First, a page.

Senior Voice -

By Dimitra Lavrakas
Senior Voice Travel Correspondent 

Trip a bust? Change it up, quickly

Disappointing Greek vacation rescued by flexibility, resources

 

January 1, 2020

Jim Lavrakas/Far North Photography

The overwhelming closeness, noise and bustle of humanity drove Jim and Ruth Lavrakas out of Athens after just a few days.

I once heard a story about an American couple, who traveled on a long-awaited vacation trip to India - they landed in Kolkata (once called Calcutta), took a taxi to the Hilton and never came out again until it was time for a taxi back to the airport.

How do you manage disappointment, or in this case fear of crowds, on arrival at the place of your dreams, only to find it so overwhelming you want to leave? It's a combination of flexibility, turning on a dime and travel insurance.

Recently, my brother Jim and his wife Ruth, she newly retired, took a month-long trip to the land of our ancestors - Greece.

"We like active vacations, so we spent nine days on the island of Corfu on a hiking holiday that was better than we had imagined," he said. "Once we were done with our Corfu portion, we arrived at an apartment rental set up for 12 days in Athens, very close to the Plaka, within spitting distance of the Acropolis. The traffic, people, density of buildings was overwhelming. We immediately started looking for ways to escape the city."

The hustle of the capital city along with smog and traffic was off-putting and they like more physical adventures than Athens had to offer.

"If you like activity, then Athens is not the place to deposit yourself, but as a base of operations it worked well," Jim said. "Our second cousin's boyfriend in Athens is a taxi driver, and Athens taxi drivers are infamous for asking for 'flat rates' when they should be charging by the kilometer. We used our cousin's boyfriend, Adriatik, exclusively as we found this former Albanian refugee to be one of the most honest, direct and friendly of people, with a harrowing tale of escaping the Communist dictatorship of the country when he was a teenager." 

 

Island hopping

Our cousin suggested they get out of town and take ferries out among the islands.

"Making arrangements was pretty easy with the internet," Jim said. "Ferries were cheap (2-5 Euros) to the islands."

Their first island was Evia, where they rented an Air BnB for four nights, but had to rent a car to get to the little villa, and that process was not as difficult as they thought.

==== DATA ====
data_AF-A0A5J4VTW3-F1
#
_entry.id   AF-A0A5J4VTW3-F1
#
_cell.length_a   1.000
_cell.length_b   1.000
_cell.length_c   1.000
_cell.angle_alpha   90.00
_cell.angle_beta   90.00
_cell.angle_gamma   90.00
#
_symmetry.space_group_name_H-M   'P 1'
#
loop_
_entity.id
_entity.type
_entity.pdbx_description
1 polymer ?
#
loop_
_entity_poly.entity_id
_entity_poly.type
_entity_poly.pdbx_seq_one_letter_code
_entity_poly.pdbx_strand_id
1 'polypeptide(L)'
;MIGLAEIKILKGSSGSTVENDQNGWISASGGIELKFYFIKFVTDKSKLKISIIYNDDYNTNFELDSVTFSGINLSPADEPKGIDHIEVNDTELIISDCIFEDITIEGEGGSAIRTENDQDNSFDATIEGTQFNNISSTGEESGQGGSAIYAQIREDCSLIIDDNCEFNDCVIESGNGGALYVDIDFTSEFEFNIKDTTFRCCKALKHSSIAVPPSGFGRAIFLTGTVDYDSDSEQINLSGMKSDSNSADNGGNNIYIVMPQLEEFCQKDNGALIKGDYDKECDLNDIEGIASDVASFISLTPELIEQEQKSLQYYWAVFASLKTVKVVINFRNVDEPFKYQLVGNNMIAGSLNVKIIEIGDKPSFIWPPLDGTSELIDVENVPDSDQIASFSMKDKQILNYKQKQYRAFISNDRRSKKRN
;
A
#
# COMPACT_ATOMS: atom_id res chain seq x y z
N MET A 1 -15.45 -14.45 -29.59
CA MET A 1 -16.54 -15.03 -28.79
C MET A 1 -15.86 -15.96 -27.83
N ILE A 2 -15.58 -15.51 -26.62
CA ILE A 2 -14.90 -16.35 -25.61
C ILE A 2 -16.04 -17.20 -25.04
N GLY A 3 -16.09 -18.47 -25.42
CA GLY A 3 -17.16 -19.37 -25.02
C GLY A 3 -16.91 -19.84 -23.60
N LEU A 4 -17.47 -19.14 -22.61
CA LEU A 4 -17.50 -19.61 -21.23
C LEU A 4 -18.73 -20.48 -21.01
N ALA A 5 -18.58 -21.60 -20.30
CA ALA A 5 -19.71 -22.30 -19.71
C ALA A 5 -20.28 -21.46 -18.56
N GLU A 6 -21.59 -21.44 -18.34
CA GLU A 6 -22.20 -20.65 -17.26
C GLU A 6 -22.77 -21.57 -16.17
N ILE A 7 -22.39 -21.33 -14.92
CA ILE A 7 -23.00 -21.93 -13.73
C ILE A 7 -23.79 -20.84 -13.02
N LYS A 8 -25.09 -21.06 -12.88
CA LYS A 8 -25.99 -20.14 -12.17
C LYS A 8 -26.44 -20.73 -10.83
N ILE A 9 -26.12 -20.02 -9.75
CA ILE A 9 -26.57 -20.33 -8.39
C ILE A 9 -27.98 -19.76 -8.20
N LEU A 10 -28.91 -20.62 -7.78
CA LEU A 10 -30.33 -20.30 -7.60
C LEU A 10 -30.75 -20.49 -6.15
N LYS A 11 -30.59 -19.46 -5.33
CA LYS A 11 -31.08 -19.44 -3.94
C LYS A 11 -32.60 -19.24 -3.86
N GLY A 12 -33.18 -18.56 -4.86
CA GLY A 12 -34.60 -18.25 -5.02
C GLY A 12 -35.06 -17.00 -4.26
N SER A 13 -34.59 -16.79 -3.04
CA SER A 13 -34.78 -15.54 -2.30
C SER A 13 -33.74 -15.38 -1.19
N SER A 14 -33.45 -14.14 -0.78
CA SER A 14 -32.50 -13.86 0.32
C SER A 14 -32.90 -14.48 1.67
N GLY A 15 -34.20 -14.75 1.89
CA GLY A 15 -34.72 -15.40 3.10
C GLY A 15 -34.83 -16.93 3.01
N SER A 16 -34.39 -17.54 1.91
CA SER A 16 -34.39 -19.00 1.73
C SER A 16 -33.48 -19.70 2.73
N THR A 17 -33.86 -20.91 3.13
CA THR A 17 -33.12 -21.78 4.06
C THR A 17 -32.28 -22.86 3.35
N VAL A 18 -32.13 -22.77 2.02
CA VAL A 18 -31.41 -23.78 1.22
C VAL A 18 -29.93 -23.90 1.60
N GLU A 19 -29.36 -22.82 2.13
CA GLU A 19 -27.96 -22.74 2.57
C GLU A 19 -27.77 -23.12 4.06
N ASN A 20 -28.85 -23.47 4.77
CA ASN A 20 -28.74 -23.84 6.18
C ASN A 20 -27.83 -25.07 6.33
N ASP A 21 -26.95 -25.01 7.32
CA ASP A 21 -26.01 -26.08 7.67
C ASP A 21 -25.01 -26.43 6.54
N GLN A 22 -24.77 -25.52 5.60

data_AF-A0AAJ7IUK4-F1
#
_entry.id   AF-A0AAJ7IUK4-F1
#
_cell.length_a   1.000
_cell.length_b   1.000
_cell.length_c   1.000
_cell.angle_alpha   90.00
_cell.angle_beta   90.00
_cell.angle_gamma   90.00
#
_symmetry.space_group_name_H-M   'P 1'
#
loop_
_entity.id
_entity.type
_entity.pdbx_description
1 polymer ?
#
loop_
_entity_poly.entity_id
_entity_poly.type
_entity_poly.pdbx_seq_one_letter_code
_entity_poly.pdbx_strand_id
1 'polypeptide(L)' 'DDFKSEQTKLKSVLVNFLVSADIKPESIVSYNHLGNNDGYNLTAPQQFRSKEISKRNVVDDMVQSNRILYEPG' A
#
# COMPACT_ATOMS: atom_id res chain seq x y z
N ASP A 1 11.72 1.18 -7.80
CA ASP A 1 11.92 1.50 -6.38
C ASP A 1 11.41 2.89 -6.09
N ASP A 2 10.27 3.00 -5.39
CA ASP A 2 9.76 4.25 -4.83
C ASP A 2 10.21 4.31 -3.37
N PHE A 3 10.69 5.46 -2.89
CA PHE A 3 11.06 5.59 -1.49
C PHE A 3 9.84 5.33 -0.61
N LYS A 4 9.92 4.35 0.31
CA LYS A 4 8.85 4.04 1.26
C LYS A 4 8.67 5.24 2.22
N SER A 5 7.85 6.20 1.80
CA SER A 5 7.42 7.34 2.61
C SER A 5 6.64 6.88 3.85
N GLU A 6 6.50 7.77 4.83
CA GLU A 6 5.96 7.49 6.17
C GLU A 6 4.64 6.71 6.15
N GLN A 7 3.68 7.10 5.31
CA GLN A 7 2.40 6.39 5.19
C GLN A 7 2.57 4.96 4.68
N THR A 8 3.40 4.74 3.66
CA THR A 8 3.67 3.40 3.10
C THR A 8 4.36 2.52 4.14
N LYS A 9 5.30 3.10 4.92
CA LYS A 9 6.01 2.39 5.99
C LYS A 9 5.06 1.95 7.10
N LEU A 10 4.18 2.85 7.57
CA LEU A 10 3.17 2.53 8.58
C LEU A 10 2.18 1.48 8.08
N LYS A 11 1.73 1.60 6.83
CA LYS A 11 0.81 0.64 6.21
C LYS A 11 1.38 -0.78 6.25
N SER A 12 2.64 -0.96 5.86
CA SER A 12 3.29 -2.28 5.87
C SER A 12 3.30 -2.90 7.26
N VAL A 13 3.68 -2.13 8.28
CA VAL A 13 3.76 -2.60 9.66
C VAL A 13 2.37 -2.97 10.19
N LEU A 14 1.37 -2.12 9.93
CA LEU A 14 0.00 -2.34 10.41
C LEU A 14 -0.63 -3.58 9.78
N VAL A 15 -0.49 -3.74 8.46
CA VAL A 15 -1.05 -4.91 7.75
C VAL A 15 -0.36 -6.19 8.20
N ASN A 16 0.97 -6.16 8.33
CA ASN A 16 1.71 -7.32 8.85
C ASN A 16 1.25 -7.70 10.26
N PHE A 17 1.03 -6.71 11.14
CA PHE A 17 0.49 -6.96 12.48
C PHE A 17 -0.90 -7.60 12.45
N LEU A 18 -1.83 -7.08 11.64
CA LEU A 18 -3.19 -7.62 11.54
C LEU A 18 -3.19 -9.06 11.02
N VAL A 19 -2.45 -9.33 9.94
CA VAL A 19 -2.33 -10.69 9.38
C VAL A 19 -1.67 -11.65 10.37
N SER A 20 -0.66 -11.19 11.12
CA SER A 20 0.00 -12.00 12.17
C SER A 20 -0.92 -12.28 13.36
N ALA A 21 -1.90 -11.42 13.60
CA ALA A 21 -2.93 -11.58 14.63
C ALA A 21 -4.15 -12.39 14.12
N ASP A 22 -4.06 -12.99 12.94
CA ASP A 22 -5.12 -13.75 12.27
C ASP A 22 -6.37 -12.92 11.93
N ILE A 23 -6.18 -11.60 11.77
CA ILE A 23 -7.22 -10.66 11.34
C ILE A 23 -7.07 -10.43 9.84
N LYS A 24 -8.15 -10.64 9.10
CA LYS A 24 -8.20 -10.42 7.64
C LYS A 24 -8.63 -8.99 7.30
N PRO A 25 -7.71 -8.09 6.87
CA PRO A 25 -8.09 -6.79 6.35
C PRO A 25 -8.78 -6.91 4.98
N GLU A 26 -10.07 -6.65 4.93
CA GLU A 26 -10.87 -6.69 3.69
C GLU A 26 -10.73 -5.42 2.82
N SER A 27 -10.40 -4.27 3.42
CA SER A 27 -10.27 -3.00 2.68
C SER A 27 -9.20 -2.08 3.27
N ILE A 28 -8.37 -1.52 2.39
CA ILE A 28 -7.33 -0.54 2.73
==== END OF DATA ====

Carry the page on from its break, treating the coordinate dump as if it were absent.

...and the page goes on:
"But the actual driving was terrifying," he said. 

"We discovered life in an island town was much like that of our little hamlet of Homer, with locals moving much slower than the city. Our routine became one of early morning walks up behind our villa where we were greeted by locals with a good morning ("kali mera") and one wizened old man insisted we take one of the pomegranates from his tree."

"We discovered a restaurant in the town of Eretria that we went to every day for our big meal of the day around 4 p.m. Greeks eat late and we had the place, and our waiter Alex, all to ourselves." 

They headed back to Athens to experience Oxi Day, the national holiday celebrating the one-word refusal by Greek leaders to the fascist ultimatum of 1940. Oxi means "no" in Greek.

Then it was off to the island of Aegina, a 75-minute ferry ride from the port of Piraeus near Athens. Again, Air BnB made it easy to find accommodations. They chose a boutique hotel run by a half Greek, half Swiss owner. Two nights there with a few side trips to smaller fishing villages broke up the days. 

"In the end we probably scheduled too many days in Athens. On a previous trip we'd seen many of the ancient ruins and museums in Athens, so better research on my part for things to see and do would have made for a better visit," Jim said.

"It was 28 days of wonderful travel, but we had to work at it a little to make it successful." 

 

Tools for the trip

There are several things that help you to make decisions and move on with your vacation.

The Internet. Many older people don't use a computer or have a smartphone. Consumer Cellular (www.consumercellular.com) offers inexpensive plans that can help you connect with family and friends and travel services while away. AARP also has a division that deals only with travel at http://www.aarp.org/travel, with lots of advice and some good discounts.

Really, take a look at your grandchildren, who at an early age already know how to navigate the Web.

Jim Lavrakas/Far North Photography

Arrive early in the morning, before 9 a.m., to beat the crowds climbing to the summit of the Acropolis in Athens.

Insurance. The best travel insurance, according to seasoned travelers, are Travelex, http://www.travelexinsurance.com, and Alliance Global Assistance, http://www.allianztravelinsurance.com.

When you purchase travel insurance, it protects you from certain financial risks and losses while traveling - a delayed or lost suitcase, last-minute trip cancellation or overseas medical emergencies.

No matter where you are on the globe, travel insurance can assist you, from interpreting the local language to replacing a lost or stolen passport, and it also protects your investment in the trip, which can be substantial.

If you'll be away for a long time, this is something you want to look into.

But don't forget to check if the credit card you'll be using has a travel insurance component, saving you the added cost of purchasing insurance.

Travel safe and bon voyage.

 
 

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